Position: Third base, with a little outfield sprinkled in for good measure
2015 Stats: 151 G, 650 PA, .275/.369/.488, .317 TAv, 6.2 WARP
Year in Review: My father likes to tell stories. Tales of when he was he was in the army, medical school, his cricket-playing days, and how he developed a love of baseball when he first came to this country. When I was younger, I’d roll my eyes and tune out after hearing a story for what felt like the hundredth time. But as I’ve grown older, I’ve begun to realize that there was a reason my father told these stories so frequently: they had meaning, and there was a lesson to be learned.
And as a father now, I find myself repeating stories or important messages quite often. It’s not just with my kids, but in my writing as well, and of course there’s a reason. I’ll often discuss fastball command as a key when talking about pitchers, especially those without overwhelming stuff. Preparation and developing a routine are things that Paul Konerko hammered home to me whenever I interviewed him; it’s what helped him turn around what was looking like a disappointing career in his younger days, and it’s an aspect I see help many young players adjust to life in the big leagues. And of course, there are adjustments. And when it comes to adjustments, there’s no young player I’ve been more impressed by than Kris Bryant.
Bryant faced many challenges in his initial season in the bigs, but came out on top after nearly every one. He struggled mightily in July, and Matt Trueblood suggested it may be due to a mechanical issue. Around that same time—early August—I talked to Bryant about his issues with adjusting to the low strike, something he admitted was impeding his success. But after posting a .338/.440/.662 line for that month, KB had clearly figured things out, with both his mechanics and the low strike.
One of the first things Bryant had to learn to adjust to in the big leagues was nasty changeups, particularly from right-handed pitchers. Here’s how his first at-bat in the big leagues ended:
Bryant whiffed on a nasty James Shields change, and one of his biggest weaknesses was exposed just three pitches into his big-league career. Below is how Bryant fared each month against changeups from right-handed pitchers.
|Month||CH SEEN||ABs ENDED||Ks||BA||SLG||SWING%||WHIFF/SW%|
It appears that Bryant made an adjustment in June and the league adjusted back by not throwing him changeups very often the rest of the way. However, it’s possible it was an over-adjustment by the league. What’s interesting is that righties all but abandoned the change against slugging third baseman, but oddly enough, 14 of those 31 September/October changeups came in four October regular season games and Bryant went hitless against them.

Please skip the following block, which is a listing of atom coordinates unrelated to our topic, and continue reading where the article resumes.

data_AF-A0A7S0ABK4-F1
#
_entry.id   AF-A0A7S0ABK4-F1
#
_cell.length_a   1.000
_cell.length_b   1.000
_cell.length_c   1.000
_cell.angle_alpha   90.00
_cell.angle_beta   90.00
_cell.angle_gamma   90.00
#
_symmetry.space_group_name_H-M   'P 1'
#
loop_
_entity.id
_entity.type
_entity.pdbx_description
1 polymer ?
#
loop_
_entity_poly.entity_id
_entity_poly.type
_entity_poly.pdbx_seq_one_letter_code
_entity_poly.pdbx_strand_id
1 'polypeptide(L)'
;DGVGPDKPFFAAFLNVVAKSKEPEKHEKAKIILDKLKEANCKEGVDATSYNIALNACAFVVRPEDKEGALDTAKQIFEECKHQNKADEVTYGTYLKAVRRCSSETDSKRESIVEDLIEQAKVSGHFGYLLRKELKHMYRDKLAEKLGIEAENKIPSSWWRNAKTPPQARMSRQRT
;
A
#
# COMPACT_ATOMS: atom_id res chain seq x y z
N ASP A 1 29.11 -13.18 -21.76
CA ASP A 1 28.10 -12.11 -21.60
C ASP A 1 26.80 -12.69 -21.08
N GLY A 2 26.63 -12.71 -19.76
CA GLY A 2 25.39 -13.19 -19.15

In the playoffs, against the Pirates and Cardinals, Bryant didn’t see a single changeup from a righty. But the Mets must have seen something—possibly in those final few games in October—and a team that exposed the Cubs every miniscule weakness during their four games had their righties attack Bryant with seven changeups. The 12.7 percent changeup rate he saw from northpaws in the four games against New York was a 50-percent jump from what he saw from righties in the regular season. It was a gameplan that initially worked against Bryant, and the first six he saw he did nothing with. But with the seventh, however, he did this:
“The guy doesn’t have a lot of weaknesses, but in the Mets series, they attacked him with a lot of right-on-right changeups,” Theo Epstein said soon after the Cubs season had ended. “The numbers show that maybe he hadn’t adjusted to this pitch yet. Well, they got him out a few times with it. He made a great adjustment and by his last at-bat of the 2015 season he took a right-on-right changeup and hit it 400 feet for a home run. That’s an incredible learning experience for him going into next year. It’s growth.”
Looking Ahead: Growth. For a player who compiled 6.2 WARP, was the runaway Rookie of the Year, and arguably the most valuable position player on a 97-win team stacked with elite talent on offense. That has to be a scary thought for the opposition. Bryant’s other-worldly ability to adjust makes Epstein’s talk of growth—both in the near and long-term—as a very real possibility, nay, a likelihood. It wasn’t just the changeup, the low strike, or mechanical tweaks; Bryant improved from the season’s start to October significantly on defense. Numerous scouts and front office personnel talked to me about how his footwork and throwing motion looked quite a bit better in September and the playoffs compared to what they saw in the minors and the first few weeks of the season.
Asking for Bryant to improve upon his 30.8 percent strikeout rate (and 16.5 percent swinging strike rate) may be a bit much. It doesn’t deviate much from the 26.6 percent strikeout rate he posted in the minors. But even if he can’t improve upon the strikeouts it’s not as if they’ll keep him from performing at an MVP level, he was nearly there in his inaugural year. However, perhaps there isn’t a request Bryant can’t deliver upon. You’ve heard the story before, and with Bryant, none of us should be surprised if you hear it again. He’ll adjust.
Lead photo courtesy of Caylor Arnold-USA TODAY Sports